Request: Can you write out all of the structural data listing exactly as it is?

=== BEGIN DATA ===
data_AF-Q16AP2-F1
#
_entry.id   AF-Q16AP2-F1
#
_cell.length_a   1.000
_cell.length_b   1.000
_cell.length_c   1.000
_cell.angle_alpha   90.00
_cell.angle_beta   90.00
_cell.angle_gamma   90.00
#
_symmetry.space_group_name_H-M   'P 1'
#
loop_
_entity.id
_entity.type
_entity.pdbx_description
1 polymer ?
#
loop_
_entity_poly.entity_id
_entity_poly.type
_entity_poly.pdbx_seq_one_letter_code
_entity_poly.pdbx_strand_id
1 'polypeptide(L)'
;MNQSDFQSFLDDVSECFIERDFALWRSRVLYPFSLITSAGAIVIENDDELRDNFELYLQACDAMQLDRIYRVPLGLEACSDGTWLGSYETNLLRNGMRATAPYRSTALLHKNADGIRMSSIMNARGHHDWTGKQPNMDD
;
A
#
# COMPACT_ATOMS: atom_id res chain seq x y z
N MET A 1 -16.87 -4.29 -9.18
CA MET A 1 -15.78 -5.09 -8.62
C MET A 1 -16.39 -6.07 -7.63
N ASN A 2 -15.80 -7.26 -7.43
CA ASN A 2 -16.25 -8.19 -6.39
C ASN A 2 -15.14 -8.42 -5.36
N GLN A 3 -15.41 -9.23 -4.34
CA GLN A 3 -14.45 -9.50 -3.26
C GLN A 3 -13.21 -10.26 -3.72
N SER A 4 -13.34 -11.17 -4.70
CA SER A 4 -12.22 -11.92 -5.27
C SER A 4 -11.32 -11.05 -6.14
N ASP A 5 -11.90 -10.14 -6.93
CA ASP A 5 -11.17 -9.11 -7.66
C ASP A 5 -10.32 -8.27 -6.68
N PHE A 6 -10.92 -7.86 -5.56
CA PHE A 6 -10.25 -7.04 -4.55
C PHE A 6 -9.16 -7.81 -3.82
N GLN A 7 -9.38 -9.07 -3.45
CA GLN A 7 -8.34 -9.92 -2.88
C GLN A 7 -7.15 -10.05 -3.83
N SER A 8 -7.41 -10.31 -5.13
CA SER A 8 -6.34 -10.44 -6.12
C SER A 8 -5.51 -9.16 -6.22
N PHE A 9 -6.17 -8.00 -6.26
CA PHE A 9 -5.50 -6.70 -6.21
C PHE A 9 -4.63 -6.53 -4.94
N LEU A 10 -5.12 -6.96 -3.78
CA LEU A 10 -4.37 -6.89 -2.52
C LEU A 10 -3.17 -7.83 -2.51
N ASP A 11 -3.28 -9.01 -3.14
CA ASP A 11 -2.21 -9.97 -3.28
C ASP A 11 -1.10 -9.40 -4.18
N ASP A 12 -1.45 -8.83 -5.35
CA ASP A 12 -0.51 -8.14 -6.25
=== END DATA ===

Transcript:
data_AF-Q16AP2-F1
#
_entry.id   AF-Q16AP2-F1
#
_cell.length_a   1.000
_cell.length_b   1.000
_cell.length_c   1.000
_cell.angle_alpha   90.00
_cell.angle_beta   90.00
_cell.angle_gamma   90.00
#
_symmetry.space_group_name_H-M   'P 1'
#
loop_
_entity.id
_entity.type
_entity.pdbx_description
1 polymer ?
#
loop_
_entity_poly.entity_id
_entity_poly.type
_entity_poly.pdbx_seq_one_letter_code
_entity_poly.pdbx_strand_id
1 'polypeptide(L)'
;MNQSDFQSFLDDVSECFIERDFALWRSRVLYPFSLITSAGAIVIENDDELRDNFELYLQACDAMQLDRIYRVPLGLEACSDGTWLGSYETNLLRNGMRATAPYRSTALLHKNADGIRMSSIMNARGHHDWTGKQPNMDD
;
A
#
# COMPACT_ATOMS: atom_id res chain seq x y z
N MET A 1 -16.87 -4.29 -9.18
CA MET A 1 -15.78 -5.09 -8.62
C MET A 1 -16.39 -6.07 -7.63
N ASN A 2 -15.80 -7.26 -7.43
CA ASN A 2 -16.25 -8.19 -6.39
C ASN A 2 -15.14 -8.42 -5.36
N GLN A 3 -15.41 -9.23 -4.34
CA GLN A 3 -14.45 -9.50 -3.26
C GLN A 3 -13.21 -10.26 -3.72
N SER A 4 -13.34 -11.17 -4.70
CA SER A 4 -12.22 -11.92 -5.27
C SER A 4 -11.32 -11.05 -6.14
N ASP A 5 -11.90 -10.14 -6.93
CA ASP A 5 -11.17 -9.11 -7.66
C ASP A 5 -10.32 -8.27 -6.68
N PHE A 6 -10.92 -7.86 -5.56
CA PHE A 6 -10.25 -7.04 -4.55
C PHE A 6 -9.16 -7.81 -3.82
N GLN A 7 -9.38 -9.07 -3.45
CA GLN A 7 -8.34 -9.92 -2.88
C GLN A 7 -7.15 -10.05 -3.83
N SER A 8 -7.41 -10.31 -5.13
CA SER A 8 -6.34 -10.44 -6.12
C SER A 8 -5.51 -9.16 -6.22
N PHE A 9 -6.17 -8.00 -6.26
CA PHE A 9 -5.50 -6.70 -6.21
C PHE A 9 -4.63 -6.53 -4.94
N LEU A 10 -5.12 -6.96 -3.78
CA LEU A 10 -4.37 -6.89 -2.52
C LEU A 10 -3.17 -7.83 -2.51
N ASP A 11 -3.28 -9.01 -3.14
CA ASP A 11 -2.21 -9.97 -3.28
C ASP A 11 -1.10 -9.40 -4.18
N ASP A 12 -1.45 -8.83 -5.35
CA ASP A 12 -0.51 -8.14 -6.25